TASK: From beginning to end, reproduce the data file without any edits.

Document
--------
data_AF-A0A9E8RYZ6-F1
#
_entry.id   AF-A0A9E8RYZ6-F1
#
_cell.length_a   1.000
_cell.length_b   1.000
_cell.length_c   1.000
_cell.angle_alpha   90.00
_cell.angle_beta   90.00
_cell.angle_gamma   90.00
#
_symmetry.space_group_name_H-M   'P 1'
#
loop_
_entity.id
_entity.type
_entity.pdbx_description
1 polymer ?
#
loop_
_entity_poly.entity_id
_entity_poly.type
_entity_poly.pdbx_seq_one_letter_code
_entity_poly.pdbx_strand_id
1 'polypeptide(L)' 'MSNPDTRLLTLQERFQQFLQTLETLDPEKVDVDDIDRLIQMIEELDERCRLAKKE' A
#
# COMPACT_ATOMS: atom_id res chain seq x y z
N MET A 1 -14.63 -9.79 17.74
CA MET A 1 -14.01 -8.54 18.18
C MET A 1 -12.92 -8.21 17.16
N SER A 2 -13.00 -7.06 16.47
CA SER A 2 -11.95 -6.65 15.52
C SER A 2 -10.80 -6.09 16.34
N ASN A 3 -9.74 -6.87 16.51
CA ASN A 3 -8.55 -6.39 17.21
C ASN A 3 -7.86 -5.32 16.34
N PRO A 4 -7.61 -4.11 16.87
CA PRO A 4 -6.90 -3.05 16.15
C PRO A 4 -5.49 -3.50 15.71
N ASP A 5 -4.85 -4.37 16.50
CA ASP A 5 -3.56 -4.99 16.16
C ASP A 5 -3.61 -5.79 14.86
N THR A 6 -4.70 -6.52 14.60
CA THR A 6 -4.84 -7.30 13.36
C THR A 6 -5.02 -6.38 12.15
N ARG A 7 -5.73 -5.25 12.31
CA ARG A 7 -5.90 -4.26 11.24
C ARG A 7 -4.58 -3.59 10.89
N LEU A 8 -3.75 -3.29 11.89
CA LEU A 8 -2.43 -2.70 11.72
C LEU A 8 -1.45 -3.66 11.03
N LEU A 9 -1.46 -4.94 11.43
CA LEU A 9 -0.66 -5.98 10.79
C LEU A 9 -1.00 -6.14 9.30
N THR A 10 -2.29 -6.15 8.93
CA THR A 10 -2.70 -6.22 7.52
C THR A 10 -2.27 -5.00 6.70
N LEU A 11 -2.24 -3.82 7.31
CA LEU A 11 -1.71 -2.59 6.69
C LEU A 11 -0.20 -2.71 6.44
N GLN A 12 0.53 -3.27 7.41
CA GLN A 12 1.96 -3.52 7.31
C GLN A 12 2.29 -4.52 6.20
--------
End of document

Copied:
data_AF-A0A9E8RYZ6-F1
#
_entry.id   AF-A0A9E8RYZ6-F1
#
_cell.length_a   1.000
_cell.length_b   1.000
_cell.length_c   1.000
_cell.angle_alpha   90.00
_cell.angle_beta   90.00
_cell.angle_gamma   90.00
#
_symmetry.space_group_name_H-M   'P 1'
#
loop_
_entity.id
_entity.type
_entity.pdbx_description
1 polymer ?
#
loop_
_entity_poly.entity_id
_entity_poly.type
_entity_poly.pdbx_seq_one_letter_code
_entity_poly.pdbx_strand_id
1 'polypeptide(L)' 'MSNPDTRLLTLQERFQQFLQTLETLDPEKVDVDDIDRLIQMIEELDERCRLAKKE' A
#
# COMPACT_ATOMS: atom_id res chain seq x y z
N MET A 1 -14.63 -9.79 17.74
CA MET A 1 -14.01 -8.54 18.18
C MET A 1 -12.92 -8.21 17.16
N SER A 2 -13.00 -7.06 16.47
CA SER A 2 -11.95 -6.65 15.52
C SER A 2 -10.80 -6.09 16.34
N ASN A 3 -9.74 -6.87 16.51
CA ASN A 3 -8.55 -6.39 17.21
C ASN A 3 -7.86 -5.32 16.34
N PRO A 4 -7.61 -4.11 16.87
CA PRO A 4 -6.90 -3.05 16.15
C PRO A 4 -5.49 -3.50 15.71
N ASP A 5 -4.85 -4.37 16.50
CA ASP A 5 -3.56 -4.99 16.16
C ASP A 5 -3.61 -5.79 14.86
N THR A 6 -4.70 -6.52 14.60
CA THR A 6 -4.84 -7.30 13.36
C THR A 6 -5.02 -6.38 12.15
N ARG A 7 -5.73 -5.25 12.31
CA ARG A 7 -5.90 -4.26 11.24
C ARG A 7 -4.58 -3.59 10.89
N LEU A 8 -3.75 -3.29 11.89
CA LEU A 8 -2.43 -2.70 11.72
C LEU A 8 -1.45 -3.66 11.03
N LEU A 9 -1.46 -4.94 11.43
CA LEU A 9 -0.66 -5.98 10.79
C LEU A 9 -1.00 -6.14 9.30
N THR A 10 -2.29 -6.15 8.93
CA THR A 10 -2.70 -6.22 7.52
C THR A 10 -2.27 -5.00 6.70
N LEU A 11 -2.24 -3.82 7.31
CA LEU A 11 -1.71 -2.59 6.69
C LEU A 11 -0.20 -2.71 6.44
N GLN A 12 0.53 -3.27 7.41
CA GLN A 12 1.96 -3.52 7.31
C GLN A 12 2.29 -4.52 6.20